Wall-E (DVD, 2008, Spanish Version) Reviews
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Wall-E (DVD, 2008, Spanish Version)

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Meet WALL-E, Earth's Savior

Apr 29, 2011
Review by  
Rated a Very Helpful Review

Pros:Funny, amusing, futuristic, and touching for all of its 98 minute running time.

Cons:Some may be bothered by the absence of dialogue, especially in the first 30 minutes.

The Bottom Line: A tremendous mix of digital animation and futuristic science fiction; and Wall-E himself is one of the most engaging film charachters of recent times.


Walt Disney Studios had always been the leader in animated movies, but its partnership with the digital film company Pixar, which began in the mid-1990s, resulted in a whole new world opening up for the studio—namely that of digital animation.  In the ensuing years, audiences both young and old flocked to see the wide variety of films coming from the Disney/Pixar world: Toy Story; Cars; Finding Nemo; and Ratatouille, just to name four.  Andrew Stanton, the man behind Finding Nemo, however, had a truly ambitious idea for a new animated film, one which would take Disney/Pixar way into a future in which the existence of Earth and humanity itself rest in the hands of an unlikely hero.  That unlikely hero was Wall-E; and his adventure, when it burst onto the screen in the summer of 2008, resulted in an enormous box office windfall for Disney/Pixar totaling close to $600 million.

The titular character of the piece is basically a squat trash compactor, whose name stands for Waste Allocation Load Lifter-Earth Class.  His job, as has been the case for 700 years, is to clean up the mess that humanity left behind on Earth, compacting various bits of trash into cubes, and whiling away his spare time with a cockroach and a surviving VHS copy of the 1968 film musical Hello Dolly.  Wall-E, however, has also gained a sense of conscience and awareness of himself, as can be gauged by his consistently wan and curious expression; and when he sees a small sprout of a plant poking up from underneath an otherwise toxically polluted ground, he senses a change in Earth’s life cycle.  He is then visited upon by a female robot called EVE (Extraterrestrial Vegetation Evaluator), who, upon learning of the existence of the plant in Wall-E’s possession, takes both it and Wall-E up to the intergalactic cruise ship Axiom, now in its 700th year of existence, to prove that life on Earth is coming back.

Of course, this is all new to Wall-E, as are some fairly disturbing things, like the non-stop consumption of the passengers (fed to them by the same mega-conglomerate, Buy N Large [BNL] that fatally polluted Earth), and their morbid obesity; and the conflict between the ship’s captain and the onboard computer named Auto, whose red eye is so much like HAL in 2001: A Space Odyssey.  With Eve’s help, however, and after many wacky misadventures, Wall-E helps the captain retake control of the ship, and steer it back towards Earth once the existence of the little plant becomes fact.  In the meantime, Eve and Wall-E begin an electronic love affair that has been building from that first portentous meeting.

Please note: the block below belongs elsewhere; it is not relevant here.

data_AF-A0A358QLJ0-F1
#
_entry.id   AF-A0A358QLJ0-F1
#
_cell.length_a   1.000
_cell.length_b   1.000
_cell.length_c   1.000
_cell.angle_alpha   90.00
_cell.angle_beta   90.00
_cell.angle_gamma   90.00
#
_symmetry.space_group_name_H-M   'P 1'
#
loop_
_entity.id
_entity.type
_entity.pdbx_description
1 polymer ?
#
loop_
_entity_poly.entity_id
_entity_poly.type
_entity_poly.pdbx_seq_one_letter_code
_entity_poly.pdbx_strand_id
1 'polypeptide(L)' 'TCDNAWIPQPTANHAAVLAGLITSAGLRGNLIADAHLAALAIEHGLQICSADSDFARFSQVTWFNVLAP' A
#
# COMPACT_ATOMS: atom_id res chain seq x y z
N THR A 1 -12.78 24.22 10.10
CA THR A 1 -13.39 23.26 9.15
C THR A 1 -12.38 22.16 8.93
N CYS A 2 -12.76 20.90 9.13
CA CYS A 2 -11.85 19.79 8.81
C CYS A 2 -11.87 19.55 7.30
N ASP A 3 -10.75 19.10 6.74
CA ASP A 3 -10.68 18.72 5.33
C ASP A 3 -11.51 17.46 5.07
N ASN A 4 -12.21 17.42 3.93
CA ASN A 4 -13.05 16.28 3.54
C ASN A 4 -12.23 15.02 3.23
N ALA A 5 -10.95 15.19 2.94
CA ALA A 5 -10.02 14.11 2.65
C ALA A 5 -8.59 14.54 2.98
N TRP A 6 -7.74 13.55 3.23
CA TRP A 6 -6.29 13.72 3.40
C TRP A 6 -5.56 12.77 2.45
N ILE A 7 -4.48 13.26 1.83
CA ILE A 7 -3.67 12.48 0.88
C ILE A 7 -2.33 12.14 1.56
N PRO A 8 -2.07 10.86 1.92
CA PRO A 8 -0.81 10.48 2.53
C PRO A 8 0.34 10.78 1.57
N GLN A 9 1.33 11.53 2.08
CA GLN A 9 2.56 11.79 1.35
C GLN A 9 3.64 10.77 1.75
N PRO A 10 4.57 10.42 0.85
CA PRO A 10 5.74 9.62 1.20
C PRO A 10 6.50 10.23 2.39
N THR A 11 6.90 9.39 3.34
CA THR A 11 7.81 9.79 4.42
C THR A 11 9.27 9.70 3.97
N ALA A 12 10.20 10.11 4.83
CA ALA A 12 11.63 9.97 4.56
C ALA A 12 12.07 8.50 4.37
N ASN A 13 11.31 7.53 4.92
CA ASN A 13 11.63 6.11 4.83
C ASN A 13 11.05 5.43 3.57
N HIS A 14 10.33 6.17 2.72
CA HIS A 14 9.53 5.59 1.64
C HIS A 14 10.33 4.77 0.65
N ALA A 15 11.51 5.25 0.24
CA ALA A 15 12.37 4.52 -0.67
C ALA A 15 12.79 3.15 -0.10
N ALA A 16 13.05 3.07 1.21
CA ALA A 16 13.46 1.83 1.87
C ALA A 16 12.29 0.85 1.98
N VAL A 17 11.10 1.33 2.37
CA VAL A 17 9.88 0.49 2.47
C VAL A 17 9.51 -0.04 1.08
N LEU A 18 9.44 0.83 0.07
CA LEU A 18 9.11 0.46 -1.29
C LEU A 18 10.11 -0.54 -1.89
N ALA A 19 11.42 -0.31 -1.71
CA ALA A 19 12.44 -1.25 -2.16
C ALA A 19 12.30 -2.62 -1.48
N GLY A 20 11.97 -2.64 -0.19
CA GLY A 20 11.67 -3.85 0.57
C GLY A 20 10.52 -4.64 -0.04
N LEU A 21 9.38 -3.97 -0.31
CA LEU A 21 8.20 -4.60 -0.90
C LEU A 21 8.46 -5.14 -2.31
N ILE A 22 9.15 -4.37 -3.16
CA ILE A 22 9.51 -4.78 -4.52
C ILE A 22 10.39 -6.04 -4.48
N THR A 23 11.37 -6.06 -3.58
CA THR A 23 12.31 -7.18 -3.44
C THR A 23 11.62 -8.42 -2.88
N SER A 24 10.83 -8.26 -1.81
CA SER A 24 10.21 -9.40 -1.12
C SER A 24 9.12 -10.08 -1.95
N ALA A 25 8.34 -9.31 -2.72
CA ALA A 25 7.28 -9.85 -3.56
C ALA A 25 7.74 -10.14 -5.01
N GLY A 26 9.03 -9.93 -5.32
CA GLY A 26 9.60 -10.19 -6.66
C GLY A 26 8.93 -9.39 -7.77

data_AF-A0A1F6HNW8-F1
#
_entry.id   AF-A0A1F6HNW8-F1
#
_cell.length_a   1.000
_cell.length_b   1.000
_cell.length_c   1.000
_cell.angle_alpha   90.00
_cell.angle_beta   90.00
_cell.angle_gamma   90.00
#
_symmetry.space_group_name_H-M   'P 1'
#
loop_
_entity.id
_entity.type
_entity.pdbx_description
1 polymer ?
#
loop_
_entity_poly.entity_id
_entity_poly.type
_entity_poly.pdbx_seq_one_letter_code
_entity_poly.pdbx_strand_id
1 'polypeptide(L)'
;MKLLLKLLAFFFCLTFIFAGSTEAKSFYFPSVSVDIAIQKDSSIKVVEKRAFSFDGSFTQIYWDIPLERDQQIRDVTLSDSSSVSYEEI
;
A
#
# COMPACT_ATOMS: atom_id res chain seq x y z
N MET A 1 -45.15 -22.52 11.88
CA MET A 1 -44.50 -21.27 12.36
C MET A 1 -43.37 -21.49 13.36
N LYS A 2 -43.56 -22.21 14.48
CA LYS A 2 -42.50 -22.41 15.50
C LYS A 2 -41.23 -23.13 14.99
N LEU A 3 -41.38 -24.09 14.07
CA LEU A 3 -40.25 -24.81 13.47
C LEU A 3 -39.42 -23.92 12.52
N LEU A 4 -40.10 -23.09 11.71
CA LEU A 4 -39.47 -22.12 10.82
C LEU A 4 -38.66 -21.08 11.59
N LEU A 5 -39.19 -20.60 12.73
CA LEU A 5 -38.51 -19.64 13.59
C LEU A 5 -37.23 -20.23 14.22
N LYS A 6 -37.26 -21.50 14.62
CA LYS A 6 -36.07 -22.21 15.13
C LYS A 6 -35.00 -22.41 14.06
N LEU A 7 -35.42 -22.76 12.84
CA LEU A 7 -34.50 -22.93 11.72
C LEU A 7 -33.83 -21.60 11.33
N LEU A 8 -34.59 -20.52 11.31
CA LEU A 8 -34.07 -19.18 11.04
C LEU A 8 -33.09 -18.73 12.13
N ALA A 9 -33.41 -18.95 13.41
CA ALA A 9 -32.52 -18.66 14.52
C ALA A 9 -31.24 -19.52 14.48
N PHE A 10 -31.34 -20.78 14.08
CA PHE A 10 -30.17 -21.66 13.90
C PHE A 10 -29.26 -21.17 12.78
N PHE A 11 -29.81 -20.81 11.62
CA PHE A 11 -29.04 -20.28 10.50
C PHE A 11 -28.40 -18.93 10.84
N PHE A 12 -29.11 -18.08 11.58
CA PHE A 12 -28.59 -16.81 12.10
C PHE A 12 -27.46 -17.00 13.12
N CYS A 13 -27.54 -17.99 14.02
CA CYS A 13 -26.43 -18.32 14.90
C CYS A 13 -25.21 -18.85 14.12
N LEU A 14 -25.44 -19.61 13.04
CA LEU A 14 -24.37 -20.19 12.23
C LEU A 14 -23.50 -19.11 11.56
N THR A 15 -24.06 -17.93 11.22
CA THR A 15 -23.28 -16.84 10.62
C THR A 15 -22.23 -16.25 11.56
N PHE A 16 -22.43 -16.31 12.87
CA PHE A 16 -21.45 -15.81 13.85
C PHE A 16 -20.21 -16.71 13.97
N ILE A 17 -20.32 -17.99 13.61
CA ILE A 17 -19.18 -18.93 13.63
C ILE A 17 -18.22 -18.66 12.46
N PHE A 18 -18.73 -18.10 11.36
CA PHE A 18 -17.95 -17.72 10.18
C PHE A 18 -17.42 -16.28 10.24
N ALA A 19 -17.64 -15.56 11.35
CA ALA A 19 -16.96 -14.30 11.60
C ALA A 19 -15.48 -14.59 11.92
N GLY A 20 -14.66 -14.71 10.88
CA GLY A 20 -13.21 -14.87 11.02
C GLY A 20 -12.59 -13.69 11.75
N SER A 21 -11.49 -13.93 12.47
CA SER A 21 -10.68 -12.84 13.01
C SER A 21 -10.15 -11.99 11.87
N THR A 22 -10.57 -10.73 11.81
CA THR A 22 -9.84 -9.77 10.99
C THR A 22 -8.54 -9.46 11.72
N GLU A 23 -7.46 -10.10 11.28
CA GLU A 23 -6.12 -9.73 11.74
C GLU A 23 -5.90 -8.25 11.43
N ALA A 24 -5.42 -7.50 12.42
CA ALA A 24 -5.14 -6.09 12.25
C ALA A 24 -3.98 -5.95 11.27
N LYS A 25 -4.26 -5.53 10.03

The swath of digital animation films to come from Disney/Pixar has been nothing short of amazing, but they definitely outdid themselves with Wall-E.  Apart from the genuine likeability of Wall-E himself (as engaging a non-human character as any since E.T.), there are numerous homages to films as varied as Silent Running (the 1972 ecological cult classic), George Lucas’ low budget 1971 feature debut THX 1138; the Oscar-winning 2006 documentary An Inconvenient Truth; Spielberg’s A.I.: Artificial Intelligence and Minority Report; and even Ridley Scott’s 1982 sci-fi/film-noir classic Blade Runner.  And one must also congratulate Stanton for slipping in the homages to 2001, with the AUTO/HAL connection and the uses of Richard Strauss’ “Also Sprach Zarathustra” and Johann Strauss’ “The Blue Danube”, even if most children viewing Wall-E likely haven’t seen that 1968 Stanley Kubrick sci-fi masterpiece, at least not yet.

There are also several ironic comments about human consumption and greed, personified by BNL’s CEO Shelby Forthright, amusingly played by Fred Willard, and whose rhetoric of “stay the course” is clearly meant as a broadside against George W. Bush.  The ecological and environmental messages, however, are never delivered in a heavy-handed fashion; and the focus remains on the relationships that Wall-E develops throughout the film, both with his fellow robots, especially Eve, and with the humans onboard the Axiom; and all of this is aided by Newman’s fantastic and futuristic original score.  The end result in Wall-E is a three-pronged success: a typically successful animated comedy; a science fiction voyage; and a reminder of how we can change our planet for the better while there is still time left to do so.


Recommend this product? Yes

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